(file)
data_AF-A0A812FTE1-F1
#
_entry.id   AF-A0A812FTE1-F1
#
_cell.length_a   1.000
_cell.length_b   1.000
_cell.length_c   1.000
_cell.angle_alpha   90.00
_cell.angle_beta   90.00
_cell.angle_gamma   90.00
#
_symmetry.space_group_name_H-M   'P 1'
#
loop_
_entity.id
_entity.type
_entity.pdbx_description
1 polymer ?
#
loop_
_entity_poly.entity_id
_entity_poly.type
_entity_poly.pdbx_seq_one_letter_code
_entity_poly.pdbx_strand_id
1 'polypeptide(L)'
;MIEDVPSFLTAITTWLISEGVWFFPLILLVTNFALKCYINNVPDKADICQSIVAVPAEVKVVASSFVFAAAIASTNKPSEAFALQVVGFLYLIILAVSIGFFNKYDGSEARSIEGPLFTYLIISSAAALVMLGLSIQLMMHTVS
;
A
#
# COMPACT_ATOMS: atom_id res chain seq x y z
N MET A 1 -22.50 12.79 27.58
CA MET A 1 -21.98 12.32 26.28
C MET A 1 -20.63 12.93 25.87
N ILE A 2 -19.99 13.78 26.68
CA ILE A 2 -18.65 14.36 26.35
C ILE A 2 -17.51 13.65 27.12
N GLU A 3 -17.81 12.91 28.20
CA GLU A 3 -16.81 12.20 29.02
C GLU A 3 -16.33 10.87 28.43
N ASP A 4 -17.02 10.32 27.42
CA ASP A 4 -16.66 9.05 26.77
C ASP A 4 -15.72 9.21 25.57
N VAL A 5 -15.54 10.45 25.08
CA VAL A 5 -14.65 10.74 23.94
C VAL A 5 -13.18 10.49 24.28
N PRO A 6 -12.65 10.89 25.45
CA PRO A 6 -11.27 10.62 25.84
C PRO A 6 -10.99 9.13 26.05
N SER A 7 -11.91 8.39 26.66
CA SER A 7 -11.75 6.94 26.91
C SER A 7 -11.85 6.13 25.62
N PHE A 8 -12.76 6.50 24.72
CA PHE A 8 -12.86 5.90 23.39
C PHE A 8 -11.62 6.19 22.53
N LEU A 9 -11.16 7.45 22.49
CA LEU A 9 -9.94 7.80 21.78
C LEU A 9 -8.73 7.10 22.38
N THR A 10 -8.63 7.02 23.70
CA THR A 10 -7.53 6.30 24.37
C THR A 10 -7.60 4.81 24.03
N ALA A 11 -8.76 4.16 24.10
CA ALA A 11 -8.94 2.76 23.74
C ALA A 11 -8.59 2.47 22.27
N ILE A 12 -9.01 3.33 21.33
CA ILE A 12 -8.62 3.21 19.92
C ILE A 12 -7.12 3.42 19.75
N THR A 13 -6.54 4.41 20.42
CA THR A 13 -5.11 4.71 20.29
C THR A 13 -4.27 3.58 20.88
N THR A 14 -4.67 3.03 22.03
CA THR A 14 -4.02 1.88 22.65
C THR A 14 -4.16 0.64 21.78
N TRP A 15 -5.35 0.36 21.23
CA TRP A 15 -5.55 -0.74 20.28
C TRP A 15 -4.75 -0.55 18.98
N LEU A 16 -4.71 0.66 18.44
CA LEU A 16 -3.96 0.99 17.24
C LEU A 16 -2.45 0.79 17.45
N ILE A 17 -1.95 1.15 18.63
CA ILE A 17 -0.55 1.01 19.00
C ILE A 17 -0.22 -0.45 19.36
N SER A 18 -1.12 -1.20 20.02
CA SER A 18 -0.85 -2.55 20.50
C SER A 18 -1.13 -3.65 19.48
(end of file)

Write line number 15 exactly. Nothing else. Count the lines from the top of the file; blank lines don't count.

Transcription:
_entity.id